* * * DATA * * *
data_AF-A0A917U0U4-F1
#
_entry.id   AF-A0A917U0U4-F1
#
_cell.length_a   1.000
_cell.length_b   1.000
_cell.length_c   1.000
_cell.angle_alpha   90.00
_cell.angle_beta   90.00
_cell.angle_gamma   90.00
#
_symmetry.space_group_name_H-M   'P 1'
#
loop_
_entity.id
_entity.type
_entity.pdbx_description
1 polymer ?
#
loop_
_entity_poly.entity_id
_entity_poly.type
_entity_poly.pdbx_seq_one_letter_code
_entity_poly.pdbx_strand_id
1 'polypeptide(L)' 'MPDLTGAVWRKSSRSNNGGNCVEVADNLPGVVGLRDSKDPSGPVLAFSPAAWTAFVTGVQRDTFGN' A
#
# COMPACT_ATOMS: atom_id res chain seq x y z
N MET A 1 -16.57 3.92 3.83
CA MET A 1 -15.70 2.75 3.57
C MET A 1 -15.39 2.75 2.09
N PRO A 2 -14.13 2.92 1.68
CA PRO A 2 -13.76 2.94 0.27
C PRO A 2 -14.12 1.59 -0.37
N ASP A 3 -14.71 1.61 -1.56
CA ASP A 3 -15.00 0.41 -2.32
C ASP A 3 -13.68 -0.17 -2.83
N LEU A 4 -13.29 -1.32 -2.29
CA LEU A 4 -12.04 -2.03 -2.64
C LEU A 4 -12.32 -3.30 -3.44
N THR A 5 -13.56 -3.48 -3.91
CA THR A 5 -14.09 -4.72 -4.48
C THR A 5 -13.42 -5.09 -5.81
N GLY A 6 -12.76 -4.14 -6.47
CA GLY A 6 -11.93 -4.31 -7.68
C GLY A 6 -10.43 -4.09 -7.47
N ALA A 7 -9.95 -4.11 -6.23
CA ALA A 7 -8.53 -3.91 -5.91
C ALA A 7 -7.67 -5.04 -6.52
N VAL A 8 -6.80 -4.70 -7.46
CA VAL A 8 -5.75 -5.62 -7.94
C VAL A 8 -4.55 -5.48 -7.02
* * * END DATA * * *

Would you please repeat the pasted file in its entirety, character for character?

data_AF-A0A917U0U4-F1
#
_entry.id   AF-A0A917U0U4-F1
#
_cell.length_a   1.000
_cell.length_b   1.000
_cell.length_c   1.000
_cell.angle_alpha   90.00
_cell.angle_beta   90.00
_cell.angle_gamma   90.00
#
_symmetry.space_group_name_H-M   'P 1'
#
loop_
_entity.id
_entity.type
_entity.pdbx_description
1 polymer ?
#
loop_
_entity_poly.entity_id
_entity_poly.type
_entity_poly.pdbx_seq_one_letter_code
_entity_poly.pdbx_strand_id
1 'polypeptide(L)' 'MPDLTGAVWRKSSRSNNGGNCVEVADNLPGVVGLRDSKDPSGPVLAFSPAAWTAFVTGVQRDTFGN' A
#
# COMPACT_ATOMS: atom_id res chain seq x y z
N MET A 1 -16.57 3.92 3.83
CA MET A 1 -15.70 2.75 3.57
C MET A 1 -15.39 2.75 2.09
N PRO A 2 -14.13 2.92 1.68
CA PRO A 2 -13.76 2.94 0.27
C PRO A 2 -14.12 1.59 -0.37
N ASP A 3 -14.71 1.61 -1.56
CA ASP A 3 -15.00 0.41 -2.32
C ASP A 3 -13.68 -0.17 -2.83
N LEU A 4 -13.29 -1.32 -2.29
CA LEU A 4 -12.04 -2.03 -2.64
C LEU A 4 -12.32 -3.30 -3.44
N THR A 5 -13.56 -3.48 -3.91
CA THR A 5 -14.09 -4.72 -4.48
C THR A 5 -13.42 -5.09 -5.81
N GLY A 6 -12.76 -4.14 -6.47
CA GLY A 6 -11.93 -4.31 -7.68
C GLY A 6 -10.43 -4.09 -7.47
N ALA A 7 -9.95 -4.11 -6.23
CA ALA A 7 -8.53 -3.91 -5.91
C ALA A 7 -7.67 -5.04 -6.52
N VAL A 8 -6.80 -4.70 -7.46
CA VAL A 8 -5.75 -5.62 -7.94
C VAL A 8 -4.55 -5.48 -7.02